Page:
His eyes are soft, gentle, when he speaks, his smile small but still there. There is a distance in his voice; he is back on Midgard, with her, as he recounts his tale.
 Frigga listens with rapt attention, far more interested in this single, mortal woman than all of Thor’s adventures.
 “And now she’s gone,” he finishes, the light going out of his eyes. He drops his chin and drags a hand over his wet hair.
 Reaching out, Frigga catches his wrist and wraps her hands around his. “No,” she says. “She will find you.”
 Thor’s lips pull into a small smile. “Perhaps.”
 Frigga tsks at him and rises, tugging him to his feet. “It’s alright to miss her, you know.”
 “I barely knew her,” he reminds her, in a moment of clarity she doesn’t always expect from her oldest son.
 She considers this for a moment and then says, quietly, “You saw her at her best and she saw you at your worst.” He winces. “And yet she cared for you anyway. That says something remarkable about her character. Don’t waste what you’ve been given, Thor. Find a way back to her.”
 He gives her a weary nod and pulls away, leaving her in the rain. But they do not part in sadness. Frigga clasps her hands to her chest, unable to suppress the strong feeling rising there. Asgard is a static place, unchanging.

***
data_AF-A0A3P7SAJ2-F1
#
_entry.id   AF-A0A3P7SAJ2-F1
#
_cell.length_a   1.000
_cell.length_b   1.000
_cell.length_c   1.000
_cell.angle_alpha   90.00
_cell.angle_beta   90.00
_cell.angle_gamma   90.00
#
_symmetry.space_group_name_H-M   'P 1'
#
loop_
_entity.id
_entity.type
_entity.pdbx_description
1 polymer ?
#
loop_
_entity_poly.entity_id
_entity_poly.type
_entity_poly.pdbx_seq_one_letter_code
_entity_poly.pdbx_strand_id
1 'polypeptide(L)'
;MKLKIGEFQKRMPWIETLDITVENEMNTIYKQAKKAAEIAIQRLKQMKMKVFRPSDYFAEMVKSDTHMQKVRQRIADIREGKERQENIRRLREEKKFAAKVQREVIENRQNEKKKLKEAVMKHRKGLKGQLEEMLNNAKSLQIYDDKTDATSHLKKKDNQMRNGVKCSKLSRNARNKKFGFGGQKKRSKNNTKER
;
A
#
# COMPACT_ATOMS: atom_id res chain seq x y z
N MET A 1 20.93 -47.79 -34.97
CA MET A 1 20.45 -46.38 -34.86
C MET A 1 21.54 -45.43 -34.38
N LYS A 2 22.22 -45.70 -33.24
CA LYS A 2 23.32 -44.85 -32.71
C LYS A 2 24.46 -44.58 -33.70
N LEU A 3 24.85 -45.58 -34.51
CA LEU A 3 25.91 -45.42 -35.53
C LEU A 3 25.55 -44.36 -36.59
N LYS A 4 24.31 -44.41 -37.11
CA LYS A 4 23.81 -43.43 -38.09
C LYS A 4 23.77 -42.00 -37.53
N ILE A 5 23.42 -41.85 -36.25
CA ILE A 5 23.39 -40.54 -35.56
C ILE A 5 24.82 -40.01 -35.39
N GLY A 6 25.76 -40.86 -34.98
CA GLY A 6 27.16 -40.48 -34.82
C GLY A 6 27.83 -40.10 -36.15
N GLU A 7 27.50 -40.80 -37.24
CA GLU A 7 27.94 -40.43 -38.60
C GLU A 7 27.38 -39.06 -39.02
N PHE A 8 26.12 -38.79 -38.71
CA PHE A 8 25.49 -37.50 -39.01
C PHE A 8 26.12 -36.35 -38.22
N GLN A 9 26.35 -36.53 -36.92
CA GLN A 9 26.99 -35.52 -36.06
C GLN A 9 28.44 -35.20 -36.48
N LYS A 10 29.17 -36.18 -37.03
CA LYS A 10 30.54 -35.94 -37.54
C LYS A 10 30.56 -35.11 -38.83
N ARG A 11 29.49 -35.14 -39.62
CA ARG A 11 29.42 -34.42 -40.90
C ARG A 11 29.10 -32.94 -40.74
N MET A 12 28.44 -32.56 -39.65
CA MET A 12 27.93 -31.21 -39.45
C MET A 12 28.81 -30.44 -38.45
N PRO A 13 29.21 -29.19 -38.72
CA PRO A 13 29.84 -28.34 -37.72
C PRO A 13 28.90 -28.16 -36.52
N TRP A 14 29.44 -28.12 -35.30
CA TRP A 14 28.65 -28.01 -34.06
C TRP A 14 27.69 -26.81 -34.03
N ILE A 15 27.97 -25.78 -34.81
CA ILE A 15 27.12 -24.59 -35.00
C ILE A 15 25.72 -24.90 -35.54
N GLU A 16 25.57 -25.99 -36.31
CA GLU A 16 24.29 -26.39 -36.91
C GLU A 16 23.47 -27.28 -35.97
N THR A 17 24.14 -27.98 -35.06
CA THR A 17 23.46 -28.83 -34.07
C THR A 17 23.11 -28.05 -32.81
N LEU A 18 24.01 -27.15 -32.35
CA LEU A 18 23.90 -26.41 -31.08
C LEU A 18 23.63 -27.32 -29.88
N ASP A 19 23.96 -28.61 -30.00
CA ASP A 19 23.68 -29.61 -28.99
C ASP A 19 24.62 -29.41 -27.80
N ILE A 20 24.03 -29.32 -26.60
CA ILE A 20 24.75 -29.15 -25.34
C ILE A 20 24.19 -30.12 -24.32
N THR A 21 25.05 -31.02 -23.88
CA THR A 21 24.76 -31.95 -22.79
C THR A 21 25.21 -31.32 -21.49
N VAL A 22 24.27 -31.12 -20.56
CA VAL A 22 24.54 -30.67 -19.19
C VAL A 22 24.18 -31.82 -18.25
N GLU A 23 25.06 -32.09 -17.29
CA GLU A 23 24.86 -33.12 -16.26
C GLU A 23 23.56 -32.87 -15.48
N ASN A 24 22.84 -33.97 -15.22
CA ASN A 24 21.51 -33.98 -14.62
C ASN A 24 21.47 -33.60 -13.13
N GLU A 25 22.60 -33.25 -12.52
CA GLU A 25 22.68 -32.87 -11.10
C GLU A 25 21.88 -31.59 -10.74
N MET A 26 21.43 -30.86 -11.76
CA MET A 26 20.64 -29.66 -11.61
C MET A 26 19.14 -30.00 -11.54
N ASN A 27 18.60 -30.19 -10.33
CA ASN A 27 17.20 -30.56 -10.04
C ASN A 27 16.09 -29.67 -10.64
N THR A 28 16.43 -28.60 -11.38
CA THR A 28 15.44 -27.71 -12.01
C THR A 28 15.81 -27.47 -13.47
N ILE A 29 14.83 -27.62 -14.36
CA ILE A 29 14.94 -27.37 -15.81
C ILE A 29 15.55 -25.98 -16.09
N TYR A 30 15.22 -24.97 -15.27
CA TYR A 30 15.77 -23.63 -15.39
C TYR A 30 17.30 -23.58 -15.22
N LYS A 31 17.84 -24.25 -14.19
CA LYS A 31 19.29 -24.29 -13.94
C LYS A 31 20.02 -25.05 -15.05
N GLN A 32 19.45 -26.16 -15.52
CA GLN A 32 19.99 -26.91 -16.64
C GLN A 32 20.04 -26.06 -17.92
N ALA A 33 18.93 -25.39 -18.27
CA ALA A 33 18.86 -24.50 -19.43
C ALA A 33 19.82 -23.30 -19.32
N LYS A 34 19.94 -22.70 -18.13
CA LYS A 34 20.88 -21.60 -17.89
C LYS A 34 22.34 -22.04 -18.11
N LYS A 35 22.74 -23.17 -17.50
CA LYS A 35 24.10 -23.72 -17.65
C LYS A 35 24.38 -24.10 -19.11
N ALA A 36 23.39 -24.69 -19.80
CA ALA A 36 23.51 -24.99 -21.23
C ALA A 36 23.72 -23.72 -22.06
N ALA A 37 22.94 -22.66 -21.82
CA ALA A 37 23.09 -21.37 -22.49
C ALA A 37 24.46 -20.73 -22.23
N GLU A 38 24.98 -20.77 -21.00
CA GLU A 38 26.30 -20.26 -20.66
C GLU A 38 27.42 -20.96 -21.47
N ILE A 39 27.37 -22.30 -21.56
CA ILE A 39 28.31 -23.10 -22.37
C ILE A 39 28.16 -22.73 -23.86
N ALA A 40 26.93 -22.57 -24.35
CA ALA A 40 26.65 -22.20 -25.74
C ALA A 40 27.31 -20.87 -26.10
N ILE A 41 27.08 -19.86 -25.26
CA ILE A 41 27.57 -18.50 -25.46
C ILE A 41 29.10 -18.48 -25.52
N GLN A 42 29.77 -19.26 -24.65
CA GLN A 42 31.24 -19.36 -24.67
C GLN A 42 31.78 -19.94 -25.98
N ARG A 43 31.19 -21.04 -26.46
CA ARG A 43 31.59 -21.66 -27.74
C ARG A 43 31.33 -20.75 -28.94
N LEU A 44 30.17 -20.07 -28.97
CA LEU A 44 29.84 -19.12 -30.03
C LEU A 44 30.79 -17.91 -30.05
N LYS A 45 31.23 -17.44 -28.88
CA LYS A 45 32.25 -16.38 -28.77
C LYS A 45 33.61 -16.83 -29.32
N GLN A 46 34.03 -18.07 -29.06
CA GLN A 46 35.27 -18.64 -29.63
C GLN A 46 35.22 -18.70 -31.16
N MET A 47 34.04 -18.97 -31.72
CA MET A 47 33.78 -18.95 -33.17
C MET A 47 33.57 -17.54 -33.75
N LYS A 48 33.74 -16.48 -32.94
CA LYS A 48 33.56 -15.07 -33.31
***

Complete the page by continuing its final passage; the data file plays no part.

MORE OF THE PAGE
For the first time in years, something has changed.
 She tips her face back to feel the wash of rain over her skin. This, she thinks to herself, is what hope feels like.

Ask and you shall recieve. I love everything about this.

skiesovergideon:

…and he misses her…the mortal

What Hope Feels Like

She stumbles upon him in the tallest tower with a balcony facing the ruins of the Bifrost. His white-knuckled hands clench the railing, and wind combs through his hair with angry fingers. It tugs at his cloak, making the red fabric ripple in the breeze. The distant sound of thunder rolls comes from over the mountains, and she presses her lips together, concerned.

 “Mother,” he says when she approaches, and she notices immediately then tension that goes out of his shoulders. His fingers around the rail loosen, and he slouches. But only slightly. “I hoped I’d find you here.”